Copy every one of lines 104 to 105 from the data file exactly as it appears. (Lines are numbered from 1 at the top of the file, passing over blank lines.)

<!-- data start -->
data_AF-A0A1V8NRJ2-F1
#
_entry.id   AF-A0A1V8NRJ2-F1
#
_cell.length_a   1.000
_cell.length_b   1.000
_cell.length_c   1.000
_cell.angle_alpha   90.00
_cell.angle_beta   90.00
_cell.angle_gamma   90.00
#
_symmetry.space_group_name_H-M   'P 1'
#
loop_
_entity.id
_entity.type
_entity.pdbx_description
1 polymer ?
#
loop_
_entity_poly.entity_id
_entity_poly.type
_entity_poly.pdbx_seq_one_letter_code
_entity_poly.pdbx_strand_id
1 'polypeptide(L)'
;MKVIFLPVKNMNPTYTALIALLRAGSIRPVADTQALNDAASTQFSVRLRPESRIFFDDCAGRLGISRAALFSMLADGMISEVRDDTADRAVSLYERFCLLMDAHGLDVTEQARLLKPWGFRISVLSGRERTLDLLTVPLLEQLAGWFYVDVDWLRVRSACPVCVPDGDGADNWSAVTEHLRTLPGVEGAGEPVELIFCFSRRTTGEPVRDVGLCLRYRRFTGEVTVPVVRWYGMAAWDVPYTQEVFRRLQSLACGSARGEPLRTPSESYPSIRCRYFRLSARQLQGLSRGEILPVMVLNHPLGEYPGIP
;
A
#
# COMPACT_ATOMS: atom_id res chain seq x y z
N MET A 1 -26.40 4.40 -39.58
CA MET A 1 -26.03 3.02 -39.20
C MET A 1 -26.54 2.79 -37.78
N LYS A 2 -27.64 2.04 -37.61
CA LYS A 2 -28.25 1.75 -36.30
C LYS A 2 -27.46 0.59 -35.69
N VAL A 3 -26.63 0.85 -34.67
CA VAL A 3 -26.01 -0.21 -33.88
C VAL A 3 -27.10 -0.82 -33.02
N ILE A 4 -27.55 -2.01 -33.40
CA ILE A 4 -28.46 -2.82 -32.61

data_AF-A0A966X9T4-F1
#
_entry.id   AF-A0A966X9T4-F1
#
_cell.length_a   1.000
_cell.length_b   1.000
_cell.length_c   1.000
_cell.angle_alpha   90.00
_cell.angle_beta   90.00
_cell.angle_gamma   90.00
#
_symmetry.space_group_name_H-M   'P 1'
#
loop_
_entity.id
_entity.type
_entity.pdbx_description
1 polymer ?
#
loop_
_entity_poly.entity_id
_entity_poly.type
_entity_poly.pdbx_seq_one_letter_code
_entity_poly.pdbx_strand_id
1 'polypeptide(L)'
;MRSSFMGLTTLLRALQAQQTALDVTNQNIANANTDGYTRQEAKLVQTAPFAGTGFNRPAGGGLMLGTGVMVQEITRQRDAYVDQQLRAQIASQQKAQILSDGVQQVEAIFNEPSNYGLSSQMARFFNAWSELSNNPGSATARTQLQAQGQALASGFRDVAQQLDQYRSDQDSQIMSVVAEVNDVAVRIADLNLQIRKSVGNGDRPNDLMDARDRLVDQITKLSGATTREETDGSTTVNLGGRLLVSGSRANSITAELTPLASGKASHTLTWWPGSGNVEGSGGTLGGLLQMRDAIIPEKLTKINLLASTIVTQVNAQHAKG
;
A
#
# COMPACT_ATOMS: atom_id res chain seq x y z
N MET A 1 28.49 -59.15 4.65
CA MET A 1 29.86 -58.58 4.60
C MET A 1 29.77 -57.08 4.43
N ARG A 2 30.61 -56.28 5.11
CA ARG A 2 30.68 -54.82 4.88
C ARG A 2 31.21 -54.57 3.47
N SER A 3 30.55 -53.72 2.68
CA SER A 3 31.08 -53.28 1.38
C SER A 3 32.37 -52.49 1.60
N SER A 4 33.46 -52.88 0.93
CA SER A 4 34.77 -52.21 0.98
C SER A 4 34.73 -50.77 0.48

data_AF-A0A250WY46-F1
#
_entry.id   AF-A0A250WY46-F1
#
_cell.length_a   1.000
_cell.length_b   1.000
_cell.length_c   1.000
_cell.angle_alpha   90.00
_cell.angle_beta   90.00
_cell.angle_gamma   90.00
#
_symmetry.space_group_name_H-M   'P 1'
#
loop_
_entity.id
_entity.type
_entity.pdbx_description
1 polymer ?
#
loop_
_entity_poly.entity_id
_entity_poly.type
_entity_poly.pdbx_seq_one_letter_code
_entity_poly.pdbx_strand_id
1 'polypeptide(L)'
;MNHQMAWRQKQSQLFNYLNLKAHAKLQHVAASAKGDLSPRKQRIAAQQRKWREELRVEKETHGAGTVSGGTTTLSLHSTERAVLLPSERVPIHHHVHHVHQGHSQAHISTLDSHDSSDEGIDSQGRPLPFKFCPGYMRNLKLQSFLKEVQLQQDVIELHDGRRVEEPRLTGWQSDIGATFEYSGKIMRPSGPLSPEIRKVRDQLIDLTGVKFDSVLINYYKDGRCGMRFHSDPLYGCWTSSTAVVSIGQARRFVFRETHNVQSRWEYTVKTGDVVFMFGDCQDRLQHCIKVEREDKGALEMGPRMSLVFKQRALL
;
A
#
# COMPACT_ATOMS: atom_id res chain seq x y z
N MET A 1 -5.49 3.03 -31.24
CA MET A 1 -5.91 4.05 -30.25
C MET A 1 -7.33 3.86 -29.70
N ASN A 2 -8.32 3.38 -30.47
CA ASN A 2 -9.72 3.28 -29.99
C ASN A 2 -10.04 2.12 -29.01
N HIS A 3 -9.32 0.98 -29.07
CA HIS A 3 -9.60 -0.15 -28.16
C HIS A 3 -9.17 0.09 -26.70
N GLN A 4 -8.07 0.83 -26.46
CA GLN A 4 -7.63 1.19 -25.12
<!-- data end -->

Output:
_entity_poly.entity_id
_entity_poly.type